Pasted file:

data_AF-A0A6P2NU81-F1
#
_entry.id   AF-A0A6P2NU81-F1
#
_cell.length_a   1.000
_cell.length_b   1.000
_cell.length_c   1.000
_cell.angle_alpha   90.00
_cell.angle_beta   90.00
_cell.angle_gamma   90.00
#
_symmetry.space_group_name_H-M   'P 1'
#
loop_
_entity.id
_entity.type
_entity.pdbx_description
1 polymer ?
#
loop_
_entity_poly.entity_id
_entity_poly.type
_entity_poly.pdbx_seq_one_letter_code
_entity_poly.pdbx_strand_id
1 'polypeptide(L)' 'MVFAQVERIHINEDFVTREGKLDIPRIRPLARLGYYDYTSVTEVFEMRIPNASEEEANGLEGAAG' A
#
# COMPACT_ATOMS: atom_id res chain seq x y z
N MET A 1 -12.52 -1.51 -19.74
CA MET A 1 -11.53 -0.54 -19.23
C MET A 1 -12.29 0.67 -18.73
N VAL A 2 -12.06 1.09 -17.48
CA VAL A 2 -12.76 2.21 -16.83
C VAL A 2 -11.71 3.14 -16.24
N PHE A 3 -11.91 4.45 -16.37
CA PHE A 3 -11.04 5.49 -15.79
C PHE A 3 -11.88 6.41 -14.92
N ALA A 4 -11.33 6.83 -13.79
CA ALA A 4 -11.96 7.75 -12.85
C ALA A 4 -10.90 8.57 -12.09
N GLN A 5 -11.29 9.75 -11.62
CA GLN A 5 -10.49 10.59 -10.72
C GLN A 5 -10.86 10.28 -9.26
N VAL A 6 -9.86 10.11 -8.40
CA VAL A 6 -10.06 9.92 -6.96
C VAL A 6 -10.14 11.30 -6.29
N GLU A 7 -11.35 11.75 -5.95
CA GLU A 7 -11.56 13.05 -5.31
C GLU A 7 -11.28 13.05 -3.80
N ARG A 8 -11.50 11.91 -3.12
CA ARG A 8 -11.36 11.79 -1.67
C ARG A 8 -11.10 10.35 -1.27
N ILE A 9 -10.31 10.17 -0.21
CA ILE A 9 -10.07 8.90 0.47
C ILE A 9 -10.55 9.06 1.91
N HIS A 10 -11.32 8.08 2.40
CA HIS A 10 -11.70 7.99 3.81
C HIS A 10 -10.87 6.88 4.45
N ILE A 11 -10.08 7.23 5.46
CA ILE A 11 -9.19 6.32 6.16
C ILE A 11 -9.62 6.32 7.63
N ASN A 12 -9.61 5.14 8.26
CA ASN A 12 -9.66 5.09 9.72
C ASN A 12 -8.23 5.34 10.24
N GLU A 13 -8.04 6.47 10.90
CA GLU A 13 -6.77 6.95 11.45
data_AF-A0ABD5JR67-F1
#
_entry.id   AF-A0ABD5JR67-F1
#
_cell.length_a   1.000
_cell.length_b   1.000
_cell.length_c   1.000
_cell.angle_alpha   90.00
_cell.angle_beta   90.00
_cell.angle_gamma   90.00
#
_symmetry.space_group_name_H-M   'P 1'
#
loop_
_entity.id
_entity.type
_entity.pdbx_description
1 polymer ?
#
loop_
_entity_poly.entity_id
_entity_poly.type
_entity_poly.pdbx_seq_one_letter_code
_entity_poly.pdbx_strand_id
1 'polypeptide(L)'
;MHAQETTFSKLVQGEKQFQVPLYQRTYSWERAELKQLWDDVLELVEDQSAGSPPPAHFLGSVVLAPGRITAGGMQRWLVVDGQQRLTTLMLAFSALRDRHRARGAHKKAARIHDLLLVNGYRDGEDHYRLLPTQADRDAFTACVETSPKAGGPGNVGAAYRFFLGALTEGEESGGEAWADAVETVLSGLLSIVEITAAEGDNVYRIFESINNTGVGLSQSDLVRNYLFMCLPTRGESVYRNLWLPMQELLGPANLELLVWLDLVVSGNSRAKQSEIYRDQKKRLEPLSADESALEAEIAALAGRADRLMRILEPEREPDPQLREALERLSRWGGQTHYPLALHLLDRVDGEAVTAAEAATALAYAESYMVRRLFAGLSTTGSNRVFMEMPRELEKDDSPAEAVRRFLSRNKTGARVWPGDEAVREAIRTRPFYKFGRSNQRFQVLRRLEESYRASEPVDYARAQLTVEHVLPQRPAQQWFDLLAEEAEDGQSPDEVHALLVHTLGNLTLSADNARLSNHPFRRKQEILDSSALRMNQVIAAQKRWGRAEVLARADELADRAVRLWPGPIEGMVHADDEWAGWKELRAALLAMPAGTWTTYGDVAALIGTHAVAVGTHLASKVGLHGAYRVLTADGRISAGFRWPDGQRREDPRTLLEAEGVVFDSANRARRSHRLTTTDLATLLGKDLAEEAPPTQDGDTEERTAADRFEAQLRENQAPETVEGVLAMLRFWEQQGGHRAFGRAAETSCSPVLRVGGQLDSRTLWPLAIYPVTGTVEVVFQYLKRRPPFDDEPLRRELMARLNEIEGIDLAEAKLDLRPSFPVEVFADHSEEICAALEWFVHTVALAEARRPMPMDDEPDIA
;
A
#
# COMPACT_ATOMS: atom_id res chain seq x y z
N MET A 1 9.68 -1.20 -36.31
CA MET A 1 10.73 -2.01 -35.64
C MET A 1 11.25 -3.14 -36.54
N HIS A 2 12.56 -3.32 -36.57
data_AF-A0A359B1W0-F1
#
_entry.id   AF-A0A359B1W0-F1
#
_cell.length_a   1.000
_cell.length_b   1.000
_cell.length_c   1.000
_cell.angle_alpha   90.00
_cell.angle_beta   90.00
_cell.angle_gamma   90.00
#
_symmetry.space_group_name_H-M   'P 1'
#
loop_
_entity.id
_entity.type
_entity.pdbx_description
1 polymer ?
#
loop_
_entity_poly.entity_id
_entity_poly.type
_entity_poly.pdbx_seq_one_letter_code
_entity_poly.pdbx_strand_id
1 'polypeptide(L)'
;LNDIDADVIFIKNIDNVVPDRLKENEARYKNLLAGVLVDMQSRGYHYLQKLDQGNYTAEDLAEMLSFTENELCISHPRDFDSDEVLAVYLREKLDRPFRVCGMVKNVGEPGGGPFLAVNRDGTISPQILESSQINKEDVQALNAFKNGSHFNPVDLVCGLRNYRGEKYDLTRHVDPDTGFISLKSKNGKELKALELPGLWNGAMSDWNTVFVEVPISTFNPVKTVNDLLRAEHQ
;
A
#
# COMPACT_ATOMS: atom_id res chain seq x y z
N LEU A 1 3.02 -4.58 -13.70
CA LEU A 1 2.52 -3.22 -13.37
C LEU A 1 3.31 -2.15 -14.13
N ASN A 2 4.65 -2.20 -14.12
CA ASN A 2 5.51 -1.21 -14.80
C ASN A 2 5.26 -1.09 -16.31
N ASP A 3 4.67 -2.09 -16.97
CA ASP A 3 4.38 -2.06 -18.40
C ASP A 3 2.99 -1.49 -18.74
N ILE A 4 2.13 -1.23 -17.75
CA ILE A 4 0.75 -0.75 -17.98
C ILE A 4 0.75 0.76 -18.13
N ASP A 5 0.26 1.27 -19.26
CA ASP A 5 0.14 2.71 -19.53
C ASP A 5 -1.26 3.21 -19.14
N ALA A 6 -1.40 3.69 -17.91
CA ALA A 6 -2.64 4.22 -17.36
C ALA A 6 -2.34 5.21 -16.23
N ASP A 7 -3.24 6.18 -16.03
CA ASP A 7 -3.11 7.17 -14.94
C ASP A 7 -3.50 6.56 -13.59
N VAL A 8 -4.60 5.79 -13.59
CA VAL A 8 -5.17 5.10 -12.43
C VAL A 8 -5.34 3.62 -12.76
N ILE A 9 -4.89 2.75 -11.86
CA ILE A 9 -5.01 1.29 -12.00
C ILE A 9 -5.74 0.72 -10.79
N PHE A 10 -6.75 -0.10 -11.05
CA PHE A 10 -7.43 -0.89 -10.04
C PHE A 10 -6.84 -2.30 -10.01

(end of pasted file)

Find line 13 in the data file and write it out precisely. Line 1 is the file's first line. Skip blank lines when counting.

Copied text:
#